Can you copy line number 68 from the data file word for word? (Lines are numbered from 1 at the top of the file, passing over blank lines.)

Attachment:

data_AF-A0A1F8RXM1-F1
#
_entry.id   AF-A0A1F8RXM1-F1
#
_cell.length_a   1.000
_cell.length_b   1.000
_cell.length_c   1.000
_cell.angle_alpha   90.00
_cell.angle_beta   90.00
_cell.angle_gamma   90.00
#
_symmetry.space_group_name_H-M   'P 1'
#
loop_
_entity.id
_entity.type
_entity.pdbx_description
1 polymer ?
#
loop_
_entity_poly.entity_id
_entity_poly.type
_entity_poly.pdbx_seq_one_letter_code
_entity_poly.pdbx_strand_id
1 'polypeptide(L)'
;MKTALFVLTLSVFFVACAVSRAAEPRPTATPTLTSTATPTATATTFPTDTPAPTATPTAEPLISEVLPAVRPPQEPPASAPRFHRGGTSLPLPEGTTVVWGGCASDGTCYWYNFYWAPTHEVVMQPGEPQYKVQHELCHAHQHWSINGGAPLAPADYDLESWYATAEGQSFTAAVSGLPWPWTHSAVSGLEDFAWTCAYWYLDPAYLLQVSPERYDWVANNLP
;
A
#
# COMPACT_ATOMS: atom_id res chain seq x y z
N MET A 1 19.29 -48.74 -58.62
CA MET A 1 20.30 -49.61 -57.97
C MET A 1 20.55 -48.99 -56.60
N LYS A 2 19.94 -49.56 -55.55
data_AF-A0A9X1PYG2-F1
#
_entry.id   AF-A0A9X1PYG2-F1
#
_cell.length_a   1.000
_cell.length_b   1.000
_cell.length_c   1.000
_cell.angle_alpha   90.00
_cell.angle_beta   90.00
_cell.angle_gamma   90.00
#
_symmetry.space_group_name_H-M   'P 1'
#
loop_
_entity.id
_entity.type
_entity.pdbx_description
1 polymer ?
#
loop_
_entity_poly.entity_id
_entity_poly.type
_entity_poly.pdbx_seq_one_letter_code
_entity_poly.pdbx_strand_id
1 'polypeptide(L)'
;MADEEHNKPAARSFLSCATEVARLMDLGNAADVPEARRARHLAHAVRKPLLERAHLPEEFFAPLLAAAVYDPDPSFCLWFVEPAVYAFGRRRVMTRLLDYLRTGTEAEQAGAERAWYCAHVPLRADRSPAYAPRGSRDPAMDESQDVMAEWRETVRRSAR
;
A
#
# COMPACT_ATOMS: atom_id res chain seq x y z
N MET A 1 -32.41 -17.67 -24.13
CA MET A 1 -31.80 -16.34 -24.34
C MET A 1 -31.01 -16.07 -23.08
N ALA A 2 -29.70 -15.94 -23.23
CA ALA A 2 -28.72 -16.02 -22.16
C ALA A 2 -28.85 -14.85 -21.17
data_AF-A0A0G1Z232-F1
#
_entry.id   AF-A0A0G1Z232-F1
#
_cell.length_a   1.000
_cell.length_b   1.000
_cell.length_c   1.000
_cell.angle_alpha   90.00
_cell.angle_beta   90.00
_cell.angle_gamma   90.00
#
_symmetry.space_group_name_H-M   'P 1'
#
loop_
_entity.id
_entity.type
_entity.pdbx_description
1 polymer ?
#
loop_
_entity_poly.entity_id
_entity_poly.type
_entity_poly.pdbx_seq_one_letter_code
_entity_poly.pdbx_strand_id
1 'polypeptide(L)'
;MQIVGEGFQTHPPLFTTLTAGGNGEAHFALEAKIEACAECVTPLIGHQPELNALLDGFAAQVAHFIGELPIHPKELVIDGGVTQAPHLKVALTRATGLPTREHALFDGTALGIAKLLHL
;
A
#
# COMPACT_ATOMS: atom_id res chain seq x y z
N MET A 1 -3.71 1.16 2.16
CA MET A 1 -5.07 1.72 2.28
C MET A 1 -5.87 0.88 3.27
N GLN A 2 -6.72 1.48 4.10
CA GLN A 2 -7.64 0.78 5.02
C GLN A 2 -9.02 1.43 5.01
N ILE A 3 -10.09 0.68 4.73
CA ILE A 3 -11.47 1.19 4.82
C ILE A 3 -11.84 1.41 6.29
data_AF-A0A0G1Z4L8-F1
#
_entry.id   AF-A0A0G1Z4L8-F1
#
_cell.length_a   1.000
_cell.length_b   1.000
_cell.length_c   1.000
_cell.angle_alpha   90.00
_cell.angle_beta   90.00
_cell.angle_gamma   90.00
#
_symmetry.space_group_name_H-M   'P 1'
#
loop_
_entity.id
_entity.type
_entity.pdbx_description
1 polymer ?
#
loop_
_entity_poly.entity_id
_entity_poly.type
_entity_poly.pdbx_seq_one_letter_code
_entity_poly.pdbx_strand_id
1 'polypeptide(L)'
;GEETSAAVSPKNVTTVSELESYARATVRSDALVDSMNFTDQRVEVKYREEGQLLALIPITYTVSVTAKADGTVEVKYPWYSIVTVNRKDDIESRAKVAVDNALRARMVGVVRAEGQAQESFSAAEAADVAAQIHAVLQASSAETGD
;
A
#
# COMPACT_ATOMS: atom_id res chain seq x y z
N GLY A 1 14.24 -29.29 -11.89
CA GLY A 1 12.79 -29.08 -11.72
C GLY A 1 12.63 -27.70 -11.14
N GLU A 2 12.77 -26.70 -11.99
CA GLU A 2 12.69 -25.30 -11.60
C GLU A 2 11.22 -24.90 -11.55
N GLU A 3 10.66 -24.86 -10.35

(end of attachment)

N ALA A 2 -29.70 -15.94 -23.23